DINING: In local dining void, Pike's Mike shows grill skill

Chef Mike's charcoal grill

October 15, 2011
Dining Poppy seed dressing is the mix-in of choice on Chef Mike’s salads, especially on the chicken. (IBJ Photo/ Perry Reichanadter)

Park 100 isn’t known for its original dining offerings. Nondescript office and warehouse space, yes. Local cuisine with a bit of ambition, not so much.

An exception is Chef Mike’s Charcoal Grill (7102 Woodland Drive, 295-9490). The grill doesn’t do much to alienate the grab-something-familiar-before-crashing clientele of nearby hotels, but Mike and his crew still manage to work in some interesting touches.

On our first visit, the highlights came early. Chef Mike’s best-known creation is actually a condiment—the house-made poppy seed dressing. On our visit, it accented, upgraded and earned star billing on the Poppy Seed Chicken Salad ($9.59), topping a plate of big-leaf greens, mandarin oranges, Chinese noodles and almonds. Its ideal partner proved to be Chef Mike’s Apple Onion Soup ($4.99), a delicious variation on traditional French onion, served blisteringly hot in a cheese-topped crock.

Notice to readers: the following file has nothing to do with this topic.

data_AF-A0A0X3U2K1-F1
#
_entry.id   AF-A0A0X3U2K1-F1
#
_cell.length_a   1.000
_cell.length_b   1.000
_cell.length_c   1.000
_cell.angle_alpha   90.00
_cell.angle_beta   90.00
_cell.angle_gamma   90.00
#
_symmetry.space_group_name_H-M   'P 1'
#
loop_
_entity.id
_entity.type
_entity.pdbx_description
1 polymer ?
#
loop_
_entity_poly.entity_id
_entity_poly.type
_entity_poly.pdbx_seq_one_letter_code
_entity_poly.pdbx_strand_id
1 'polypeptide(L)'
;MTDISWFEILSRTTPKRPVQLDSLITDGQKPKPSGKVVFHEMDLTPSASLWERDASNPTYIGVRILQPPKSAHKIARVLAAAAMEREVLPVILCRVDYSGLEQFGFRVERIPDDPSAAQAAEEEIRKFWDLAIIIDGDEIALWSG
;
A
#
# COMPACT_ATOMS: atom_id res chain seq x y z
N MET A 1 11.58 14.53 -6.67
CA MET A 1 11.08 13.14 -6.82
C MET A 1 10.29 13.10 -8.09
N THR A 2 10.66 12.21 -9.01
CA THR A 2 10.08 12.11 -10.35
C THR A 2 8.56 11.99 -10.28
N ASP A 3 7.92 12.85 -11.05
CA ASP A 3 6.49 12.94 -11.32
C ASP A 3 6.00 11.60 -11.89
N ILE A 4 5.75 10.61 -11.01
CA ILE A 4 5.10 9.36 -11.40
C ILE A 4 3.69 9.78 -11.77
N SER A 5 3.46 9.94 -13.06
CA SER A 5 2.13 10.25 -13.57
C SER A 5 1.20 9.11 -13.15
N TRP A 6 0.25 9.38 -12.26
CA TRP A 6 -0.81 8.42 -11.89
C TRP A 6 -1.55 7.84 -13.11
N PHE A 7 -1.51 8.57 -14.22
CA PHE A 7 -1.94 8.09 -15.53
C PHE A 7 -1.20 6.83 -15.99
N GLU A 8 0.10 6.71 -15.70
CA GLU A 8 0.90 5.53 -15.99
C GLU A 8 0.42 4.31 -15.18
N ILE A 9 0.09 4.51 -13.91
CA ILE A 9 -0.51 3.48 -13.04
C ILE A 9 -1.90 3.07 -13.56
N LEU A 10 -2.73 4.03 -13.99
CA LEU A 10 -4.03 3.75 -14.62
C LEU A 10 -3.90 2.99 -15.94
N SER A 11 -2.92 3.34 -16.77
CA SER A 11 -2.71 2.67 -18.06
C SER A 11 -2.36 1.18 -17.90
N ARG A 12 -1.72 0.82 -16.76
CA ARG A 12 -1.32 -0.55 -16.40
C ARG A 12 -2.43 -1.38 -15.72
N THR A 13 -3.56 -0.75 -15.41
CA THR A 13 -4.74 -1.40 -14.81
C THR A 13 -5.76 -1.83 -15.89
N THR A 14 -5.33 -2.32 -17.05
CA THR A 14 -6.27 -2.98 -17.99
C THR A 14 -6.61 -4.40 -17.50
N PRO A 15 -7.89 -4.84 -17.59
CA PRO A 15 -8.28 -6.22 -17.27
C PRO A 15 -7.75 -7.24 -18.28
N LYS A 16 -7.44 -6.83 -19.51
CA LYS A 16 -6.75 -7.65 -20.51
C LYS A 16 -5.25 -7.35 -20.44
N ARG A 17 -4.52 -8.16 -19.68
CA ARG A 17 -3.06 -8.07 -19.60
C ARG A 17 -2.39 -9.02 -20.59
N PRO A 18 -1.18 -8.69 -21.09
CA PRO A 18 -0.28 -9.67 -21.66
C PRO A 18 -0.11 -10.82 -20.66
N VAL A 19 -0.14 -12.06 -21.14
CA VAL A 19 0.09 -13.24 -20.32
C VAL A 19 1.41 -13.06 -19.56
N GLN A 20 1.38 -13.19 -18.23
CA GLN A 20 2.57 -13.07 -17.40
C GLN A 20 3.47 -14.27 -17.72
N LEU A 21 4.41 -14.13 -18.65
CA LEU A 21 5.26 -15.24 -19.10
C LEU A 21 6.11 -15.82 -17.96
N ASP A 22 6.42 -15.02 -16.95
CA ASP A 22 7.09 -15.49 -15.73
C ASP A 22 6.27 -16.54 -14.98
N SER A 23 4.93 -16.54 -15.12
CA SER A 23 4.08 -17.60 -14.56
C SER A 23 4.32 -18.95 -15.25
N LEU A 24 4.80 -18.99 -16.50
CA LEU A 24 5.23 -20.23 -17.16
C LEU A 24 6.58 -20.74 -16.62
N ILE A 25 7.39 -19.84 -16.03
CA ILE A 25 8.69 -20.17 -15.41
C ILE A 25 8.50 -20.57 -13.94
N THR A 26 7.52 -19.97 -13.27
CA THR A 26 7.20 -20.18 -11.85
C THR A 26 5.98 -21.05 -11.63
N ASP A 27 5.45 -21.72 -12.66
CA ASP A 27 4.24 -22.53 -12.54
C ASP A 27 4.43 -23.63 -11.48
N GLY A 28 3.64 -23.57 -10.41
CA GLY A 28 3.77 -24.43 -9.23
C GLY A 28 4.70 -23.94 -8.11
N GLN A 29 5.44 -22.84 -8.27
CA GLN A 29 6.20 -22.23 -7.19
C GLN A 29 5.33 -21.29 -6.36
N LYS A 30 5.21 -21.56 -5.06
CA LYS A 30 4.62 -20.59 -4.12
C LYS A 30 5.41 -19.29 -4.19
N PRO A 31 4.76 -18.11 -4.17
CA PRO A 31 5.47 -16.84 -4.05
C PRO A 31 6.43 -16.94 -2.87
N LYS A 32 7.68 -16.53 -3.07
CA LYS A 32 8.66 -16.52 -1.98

Entrees were less exciting—a dab of cucumber pepper relish was all that distinguished Grilled Salmon ($19.99). Not bad, just predictably OK, with standard-issue broccoli and cauliflower and relatively unseasoned roasted red potatoes. And I expected more from the Chef’s Daily Roast Half Chicken ($12.95), featuring bland fowl and the aforementioned sides. I don’t demand 11 herbs and spices, but these pieces needed something.

I kept things simpler on a return lunch visit and was glad I did. Had I removed the 6-ounce Bourbon Chive

Burger ($8.99) from its bun, it could have easily passed for an above-average meatloaf. The grill also did well by a Philly Cheese Steak Sandwich (a bit pricy at $9.25) with South Philly-style sliced rather than chopped steak and restrained use of fried onions and non-Philly green pepper. Siding the sandwiches with, respectively, Potato Salad and Red Raisin Slaw proved good choices over traditional fries. The red bliss potatoes, crunchy celery and a bit of without-warning heat helped them transcend.

Warning to first-timers: Even though you can see Chef Mike’s from 71st Street, getting to the parking lot is a little tricky. Turn north on Woodland Drive and make a wild guess as to which of the unmarked three or four driveways to pull into on the left. Eventually, you’ll pick the right one.•

Third in our month long series of reviews of “en route” restaurants.


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